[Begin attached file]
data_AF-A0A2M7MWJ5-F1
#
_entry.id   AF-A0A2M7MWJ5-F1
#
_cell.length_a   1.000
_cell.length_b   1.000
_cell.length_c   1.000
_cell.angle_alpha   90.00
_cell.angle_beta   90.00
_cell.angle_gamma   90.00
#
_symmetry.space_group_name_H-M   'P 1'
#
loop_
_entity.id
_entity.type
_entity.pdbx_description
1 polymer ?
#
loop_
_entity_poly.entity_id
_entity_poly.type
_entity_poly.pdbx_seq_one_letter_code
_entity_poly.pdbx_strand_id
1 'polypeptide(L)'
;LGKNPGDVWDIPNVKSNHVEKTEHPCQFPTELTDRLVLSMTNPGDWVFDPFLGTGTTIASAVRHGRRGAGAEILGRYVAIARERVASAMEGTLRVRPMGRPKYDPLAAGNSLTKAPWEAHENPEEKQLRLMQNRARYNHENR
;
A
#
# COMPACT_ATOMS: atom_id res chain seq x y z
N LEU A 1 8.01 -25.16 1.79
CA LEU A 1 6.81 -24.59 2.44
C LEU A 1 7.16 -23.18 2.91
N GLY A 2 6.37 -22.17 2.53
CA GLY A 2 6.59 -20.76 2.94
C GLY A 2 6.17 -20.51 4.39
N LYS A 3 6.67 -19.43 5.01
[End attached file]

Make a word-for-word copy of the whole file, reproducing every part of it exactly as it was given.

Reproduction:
data_AF-A0A2M7MWJ5-F1
#
_entry.id   AF-A0A2M7MWJ5-F1
#
_cell.length_a   1.000
_cell.length_b   1.000
_cell.length_c   1.000
_cell.angle_alpha   90.00
_cell.angle_beta   90.00
_cell.angle_gamma   90.00
#
_symmetry.space_group_name_H-M   'P 1'
#
loop_
_entity.id
_entity.type
_entity.pdbx_description
1 polymer ?
#
loop_
_entity_poly.entity_id
_entity_poly.type
_entity_poly.pdbx_seq_one_letter_code
_entity_poly.pdbx_strand_id
1 'polypeptide(L)'
;LGKNPGDVWDIPNVKSNHVEKTEHPCQFPTELTDRLVLSMTNPGDWVFDPFLGTGTTIASAVRHGRRGAGAEILGRYVAIARERVASAMEGTLRVRPMGRPKYDPLAAGNSLTKAPWEAHENPEEKQLRLMQNRARYNHENR
;
A
#
# COMPACT_ATOMS: atom_id res chain seq x y z
N LEU A 1 8.01 -25.16 1.79
CA LEU A 1 6.81 -24.59 2.44
C LEU A 1 7.16 -23.18 2.91
N GLY A 2 6.37 -22.17 2.53
CA GLY A 2 6.59 -20.76 2.94
C GLY A 2 6.17 -20.51 4.39
N LYS A 3 6.67 -19.43 5.01